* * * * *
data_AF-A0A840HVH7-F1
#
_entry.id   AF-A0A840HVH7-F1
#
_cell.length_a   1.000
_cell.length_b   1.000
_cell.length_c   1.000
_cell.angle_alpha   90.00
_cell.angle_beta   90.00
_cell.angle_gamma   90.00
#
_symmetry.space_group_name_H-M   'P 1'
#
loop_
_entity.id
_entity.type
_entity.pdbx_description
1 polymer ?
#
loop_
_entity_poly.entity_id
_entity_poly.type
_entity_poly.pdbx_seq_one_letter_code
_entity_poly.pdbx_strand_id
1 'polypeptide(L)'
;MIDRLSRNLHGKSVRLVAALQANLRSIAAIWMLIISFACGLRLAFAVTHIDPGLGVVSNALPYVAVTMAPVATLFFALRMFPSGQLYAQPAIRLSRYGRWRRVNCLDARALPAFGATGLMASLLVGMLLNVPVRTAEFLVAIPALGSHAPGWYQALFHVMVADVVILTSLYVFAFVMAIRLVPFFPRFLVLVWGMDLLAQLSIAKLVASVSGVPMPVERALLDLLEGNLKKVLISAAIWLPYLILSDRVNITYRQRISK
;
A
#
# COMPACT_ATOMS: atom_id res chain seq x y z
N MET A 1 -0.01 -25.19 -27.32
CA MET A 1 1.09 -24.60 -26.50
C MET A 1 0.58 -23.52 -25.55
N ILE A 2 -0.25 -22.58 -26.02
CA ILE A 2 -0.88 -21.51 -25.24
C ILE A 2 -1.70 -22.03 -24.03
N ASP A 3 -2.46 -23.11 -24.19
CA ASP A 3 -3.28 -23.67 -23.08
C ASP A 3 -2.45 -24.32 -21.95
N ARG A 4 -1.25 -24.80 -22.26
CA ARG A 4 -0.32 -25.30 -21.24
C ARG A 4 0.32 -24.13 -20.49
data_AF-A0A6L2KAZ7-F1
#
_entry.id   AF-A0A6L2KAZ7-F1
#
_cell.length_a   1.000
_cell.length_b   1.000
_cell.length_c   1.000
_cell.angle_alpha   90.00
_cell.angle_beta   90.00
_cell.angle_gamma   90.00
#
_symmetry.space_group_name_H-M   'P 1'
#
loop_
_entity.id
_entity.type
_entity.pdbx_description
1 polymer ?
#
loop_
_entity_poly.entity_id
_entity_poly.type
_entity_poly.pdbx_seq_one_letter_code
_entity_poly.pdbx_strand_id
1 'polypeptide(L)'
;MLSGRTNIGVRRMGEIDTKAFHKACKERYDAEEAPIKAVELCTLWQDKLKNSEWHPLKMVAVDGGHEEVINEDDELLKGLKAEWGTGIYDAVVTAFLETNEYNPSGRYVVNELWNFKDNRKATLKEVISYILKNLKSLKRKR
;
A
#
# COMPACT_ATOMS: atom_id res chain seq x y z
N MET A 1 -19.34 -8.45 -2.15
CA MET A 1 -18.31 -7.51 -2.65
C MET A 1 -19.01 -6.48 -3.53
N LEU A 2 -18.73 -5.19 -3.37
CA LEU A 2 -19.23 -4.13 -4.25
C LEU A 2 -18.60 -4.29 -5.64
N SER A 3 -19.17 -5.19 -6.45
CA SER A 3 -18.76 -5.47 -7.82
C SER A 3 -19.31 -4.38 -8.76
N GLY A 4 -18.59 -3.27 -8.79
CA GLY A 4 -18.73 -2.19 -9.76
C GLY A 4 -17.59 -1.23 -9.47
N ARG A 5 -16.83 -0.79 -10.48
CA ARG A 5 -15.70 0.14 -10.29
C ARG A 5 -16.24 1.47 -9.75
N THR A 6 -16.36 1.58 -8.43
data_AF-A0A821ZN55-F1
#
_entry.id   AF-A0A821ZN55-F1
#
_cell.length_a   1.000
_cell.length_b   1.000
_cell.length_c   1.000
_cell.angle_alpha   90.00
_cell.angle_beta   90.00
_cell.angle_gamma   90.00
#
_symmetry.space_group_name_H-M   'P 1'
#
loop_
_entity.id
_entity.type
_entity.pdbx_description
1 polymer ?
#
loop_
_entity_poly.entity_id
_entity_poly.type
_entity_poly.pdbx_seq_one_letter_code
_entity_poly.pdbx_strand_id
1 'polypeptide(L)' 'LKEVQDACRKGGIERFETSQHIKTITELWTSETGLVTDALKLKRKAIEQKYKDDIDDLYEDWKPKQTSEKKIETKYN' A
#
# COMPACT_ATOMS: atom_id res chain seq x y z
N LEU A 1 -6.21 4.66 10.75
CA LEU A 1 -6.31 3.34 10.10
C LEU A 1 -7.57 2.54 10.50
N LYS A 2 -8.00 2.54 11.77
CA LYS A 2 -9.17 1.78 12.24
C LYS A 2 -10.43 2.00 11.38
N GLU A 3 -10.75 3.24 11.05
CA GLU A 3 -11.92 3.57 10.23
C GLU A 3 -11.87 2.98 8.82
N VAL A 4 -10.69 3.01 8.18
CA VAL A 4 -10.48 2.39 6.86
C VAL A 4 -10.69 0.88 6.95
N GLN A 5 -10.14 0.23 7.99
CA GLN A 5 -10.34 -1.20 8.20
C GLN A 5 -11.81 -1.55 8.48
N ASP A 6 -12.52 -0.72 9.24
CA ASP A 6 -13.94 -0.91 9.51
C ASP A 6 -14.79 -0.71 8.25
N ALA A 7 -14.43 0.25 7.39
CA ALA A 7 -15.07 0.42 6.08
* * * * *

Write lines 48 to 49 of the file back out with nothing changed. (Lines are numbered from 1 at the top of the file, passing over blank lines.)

_cell.length_b   1.000
_cell.length_c   1.000